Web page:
Blog Profile / Science & Health from Newser


URL :http://www.newser.com/section/6/science-health-news-headlines.html
Filed Under:Academics / General Science
Posts on Regator:5810
Posts / Week:15.2
Archived Since:March 4, 2010

Blog Post Archive

Mega Asteroid to Buzz Earth on Wednesday

Here's one less thing to worry about. A giant asteroid is hurtling toward Earth, but the folks at NASA say there is no chance it could hit us. The space rock the size of the Rock of Gibraltar, per AFP, or six NFL football fields, per CNN, will make a...

New Database Gives Tree Scientists an Important First

Tree lovers, take note: A new database called GlobalTreeSearch has for the first time provided a tally of all the world's tree species. The answer: 60,065. Scientists from Botanic Gardens Conservation International in the UK spent two years compiling the database, relying on information from 500 published sources and...

We Suck Horseshoe Crabs' Blood, Chuck Them in Sea

The horseshoe crab has been around since prehistoric days, but some experts are now worried the biomedical industry is bleeding them dry—literally. In her story for Popular Mechanics, Caren Chesler explores how retrieving the blue blood of the marine invertebrate has become a lucrative and essential industry, thanks to...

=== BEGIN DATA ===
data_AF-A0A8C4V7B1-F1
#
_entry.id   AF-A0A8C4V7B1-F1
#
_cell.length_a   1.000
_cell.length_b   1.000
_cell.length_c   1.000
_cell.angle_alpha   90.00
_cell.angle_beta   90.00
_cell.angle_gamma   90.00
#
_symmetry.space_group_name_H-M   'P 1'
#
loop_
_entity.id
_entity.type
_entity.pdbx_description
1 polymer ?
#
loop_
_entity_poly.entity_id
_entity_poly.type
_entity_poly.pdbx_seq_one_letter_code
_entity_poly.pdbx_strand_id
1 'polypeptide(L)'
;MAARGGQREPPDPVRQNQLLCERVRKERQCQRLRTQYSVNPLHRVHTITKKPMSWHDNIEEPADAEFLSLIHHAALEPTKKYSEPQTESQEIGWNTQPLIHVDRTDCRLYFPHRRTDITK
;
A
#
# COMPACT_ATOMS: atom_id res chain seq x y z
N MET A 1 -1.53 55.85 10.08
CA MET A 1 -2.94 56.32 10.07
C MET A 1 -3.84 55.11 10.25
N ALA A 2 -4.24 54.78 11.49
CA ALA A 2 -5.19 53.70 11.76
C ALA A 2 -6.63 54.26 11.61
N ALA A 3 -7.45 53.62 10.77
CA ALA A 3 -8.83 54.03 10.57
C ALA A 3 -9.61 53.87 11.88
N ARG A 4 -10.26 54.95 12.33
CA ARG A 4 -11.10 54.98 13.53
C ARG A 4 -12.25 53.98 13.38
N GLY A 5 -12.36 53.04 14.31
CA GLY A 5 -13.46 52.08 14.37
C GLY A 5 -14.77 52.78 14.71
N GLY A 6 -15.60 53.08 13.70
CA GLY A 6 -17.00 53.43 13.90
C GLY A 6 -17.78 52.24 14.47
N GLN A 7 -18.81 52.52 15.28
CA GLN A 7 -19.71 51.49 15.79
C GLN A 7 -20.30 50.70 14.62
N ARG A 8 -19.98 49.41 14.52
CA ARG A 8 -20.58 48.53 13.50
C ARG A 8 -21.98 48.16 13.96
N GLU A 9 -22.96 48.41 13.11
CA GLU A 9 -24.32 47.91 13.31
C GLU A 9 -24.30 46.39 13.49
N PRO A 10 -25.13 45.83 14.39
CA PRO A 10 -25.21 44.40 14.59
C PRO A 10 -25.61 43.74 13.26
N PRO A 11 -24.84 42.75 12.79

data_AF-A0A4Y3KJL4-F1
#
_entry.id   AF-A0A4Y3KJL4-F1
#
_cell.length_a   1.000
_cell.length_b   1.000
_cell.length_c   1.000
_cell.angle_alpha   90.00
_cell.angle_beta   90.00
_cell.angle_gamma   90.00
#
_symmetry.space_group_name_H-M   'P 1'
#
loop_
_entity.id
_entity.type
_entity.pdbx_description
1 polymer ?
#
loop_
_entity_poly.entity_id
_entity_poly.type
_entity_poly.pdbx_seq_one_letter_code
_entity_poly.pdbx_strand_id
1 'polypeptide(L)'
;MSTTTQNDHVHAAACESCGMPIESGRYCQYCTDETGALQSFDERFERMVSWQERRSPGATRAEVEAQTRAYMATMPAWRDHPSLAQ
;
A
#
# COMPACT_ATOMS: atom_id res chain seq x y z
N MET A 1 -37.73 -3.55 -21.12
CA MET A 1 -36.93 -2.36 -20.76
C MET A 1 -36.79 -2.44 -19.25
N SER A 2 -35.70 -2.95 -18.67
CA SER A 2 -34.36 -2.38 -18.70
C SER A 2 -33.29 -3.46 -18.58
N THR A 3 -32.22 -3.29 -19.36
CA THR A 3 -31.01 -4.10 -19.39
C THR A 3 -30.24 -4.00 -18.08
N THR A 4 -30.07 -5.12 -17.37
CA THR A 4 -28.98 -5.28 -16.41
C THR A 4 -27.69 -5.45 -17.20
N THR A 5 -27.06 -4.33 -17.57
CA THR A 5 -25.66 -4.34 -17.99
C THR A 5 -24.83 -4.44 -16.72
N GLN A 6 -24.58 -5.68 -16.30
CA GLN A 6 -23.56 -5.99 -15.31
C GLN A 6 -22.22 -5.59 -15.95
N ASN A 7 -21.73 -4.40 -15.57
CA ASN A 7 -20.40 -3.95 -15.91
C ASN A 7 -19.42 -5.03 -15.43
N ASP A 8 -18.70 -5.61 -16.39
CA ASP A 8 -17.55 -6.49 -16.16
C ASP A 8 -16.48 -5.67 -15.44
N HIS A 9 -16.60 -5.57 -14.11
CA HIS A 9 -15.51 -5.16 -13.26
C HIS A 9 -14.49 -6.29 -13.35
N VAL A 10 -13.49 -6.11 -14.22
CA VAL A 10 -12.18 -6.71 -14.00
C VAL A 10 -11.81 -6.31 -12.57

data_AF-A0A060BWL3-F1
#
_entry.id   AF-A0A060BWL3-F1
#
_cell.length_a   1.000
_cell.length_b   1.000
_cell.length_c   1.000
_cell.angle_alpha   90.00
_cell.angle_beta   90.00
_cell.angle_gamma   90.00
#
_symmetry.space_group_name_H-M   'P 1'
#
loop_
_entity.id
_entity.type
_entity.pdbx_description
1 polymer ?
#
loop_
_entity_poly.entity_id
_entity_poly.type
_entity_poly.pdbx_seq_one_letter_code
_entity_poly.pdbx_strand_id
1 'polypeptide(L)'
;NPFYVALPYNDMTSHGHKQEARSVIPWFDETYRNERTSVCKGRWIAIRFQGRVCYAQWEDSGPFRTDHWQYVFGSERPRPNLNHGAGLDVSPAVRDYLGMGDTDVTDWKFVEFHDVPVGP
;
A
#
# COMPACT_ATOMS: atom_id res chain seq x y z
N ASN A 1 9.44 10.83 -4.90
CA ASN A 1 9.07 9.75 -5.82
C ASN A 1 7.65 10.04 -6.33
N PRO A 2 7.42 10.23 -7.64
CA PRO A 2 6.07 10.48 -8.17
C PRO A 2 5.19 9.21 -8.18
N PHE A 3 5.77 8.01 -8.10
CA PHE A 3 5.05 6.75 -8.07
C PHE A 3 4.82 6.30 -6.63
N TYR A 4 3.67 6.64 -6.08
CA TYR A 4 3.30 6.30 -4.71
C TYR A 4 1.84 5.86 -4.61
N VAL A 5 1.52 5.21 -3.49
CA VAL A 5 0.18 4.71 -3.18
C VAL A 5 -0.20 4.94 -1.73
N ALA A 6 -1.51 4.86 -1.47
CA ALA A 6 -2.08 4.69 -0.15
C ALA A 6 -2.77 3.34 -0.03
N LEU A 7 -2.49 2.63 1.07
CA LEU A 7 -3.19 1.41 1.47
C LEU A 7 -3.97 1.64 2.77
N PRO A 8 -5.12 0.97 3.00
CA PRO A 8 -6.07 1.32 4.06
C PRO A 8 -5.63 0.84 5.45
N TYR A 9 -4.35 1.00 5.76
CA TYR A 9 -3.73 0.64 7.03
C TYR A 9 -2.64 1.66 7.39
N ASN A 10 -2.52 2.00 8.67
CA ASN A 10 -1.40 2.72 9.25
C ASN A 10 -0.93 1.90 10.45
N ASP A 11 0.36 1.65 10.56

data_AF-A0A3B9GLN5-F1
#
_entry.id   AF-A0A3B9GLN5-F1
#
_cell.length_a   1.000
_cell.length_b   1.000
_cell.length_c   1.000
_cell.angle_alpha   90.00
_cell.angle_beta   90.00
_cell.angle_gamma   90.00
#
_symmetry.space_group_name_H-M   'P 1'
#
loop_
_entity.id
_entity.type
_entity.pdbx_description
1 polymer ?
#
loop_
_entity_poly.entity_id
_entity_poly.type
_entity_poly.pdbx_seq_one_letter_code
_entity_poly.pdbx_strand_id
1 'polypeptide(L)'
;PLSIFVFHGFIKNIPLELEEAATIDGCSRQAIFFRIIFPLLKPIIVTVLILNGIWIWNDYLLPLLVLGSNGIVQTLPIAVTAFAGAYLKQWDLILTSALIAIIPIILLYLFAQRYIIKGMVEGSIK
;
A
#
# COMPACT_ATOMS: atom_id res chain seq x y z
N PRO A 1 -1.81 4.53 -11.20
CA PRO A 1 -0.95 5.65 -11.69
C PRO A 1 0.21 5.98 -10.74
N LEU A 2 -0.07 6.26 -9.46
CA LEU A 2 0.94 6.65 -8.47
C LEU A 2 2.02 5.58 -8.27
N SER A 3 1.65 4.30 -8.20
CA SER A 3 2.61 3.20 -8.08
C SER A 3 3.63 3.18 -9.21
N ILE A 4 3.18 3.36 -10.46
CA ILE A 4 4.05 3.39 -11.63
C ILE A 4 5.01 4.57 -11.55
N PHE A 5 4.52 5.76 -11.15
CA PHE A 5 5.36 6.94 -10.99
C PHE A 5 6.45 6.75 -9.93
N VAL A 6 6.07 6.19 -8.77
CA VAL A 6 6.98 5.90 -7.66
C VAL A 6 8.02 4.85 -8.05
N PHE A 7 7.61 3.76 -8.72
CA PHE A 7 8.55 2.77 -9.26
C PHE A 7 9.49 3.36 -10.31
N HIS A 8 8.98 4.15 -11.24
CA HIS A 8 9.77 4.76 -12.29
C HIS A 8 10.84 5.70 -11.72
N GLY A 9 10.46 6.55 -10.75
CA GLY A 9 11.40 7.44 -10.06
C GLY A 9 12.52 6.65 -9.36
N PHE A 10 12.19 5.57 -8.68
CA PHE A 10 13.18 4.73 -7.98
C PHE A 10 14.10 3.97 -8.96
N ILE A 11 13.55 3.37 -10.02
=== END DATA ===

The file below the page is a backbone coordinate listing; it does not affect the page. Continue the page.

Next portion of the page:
Montana Fossil Reveals Ancient Sea Creature

A fossil found by a Montana elk hunter nearly seven years ago has led to the discovery of a new species of prehistoric sea creature that lived about 70 million years ago in an inland sea that flowed east of the Rockies, the AP reports. The new elasmosaur species is...

Widow Can Sue Over NASA's Brutal Sting Operation on Her

A 75-year-old widow in tough financial straits reached out to NASA about selling a speck of moon rock her late husband had given her. Joann Davis then became the target of a sting operation at a Denny's that a federal appeals court suggested Thursday was outrageous overkill. The lead agent...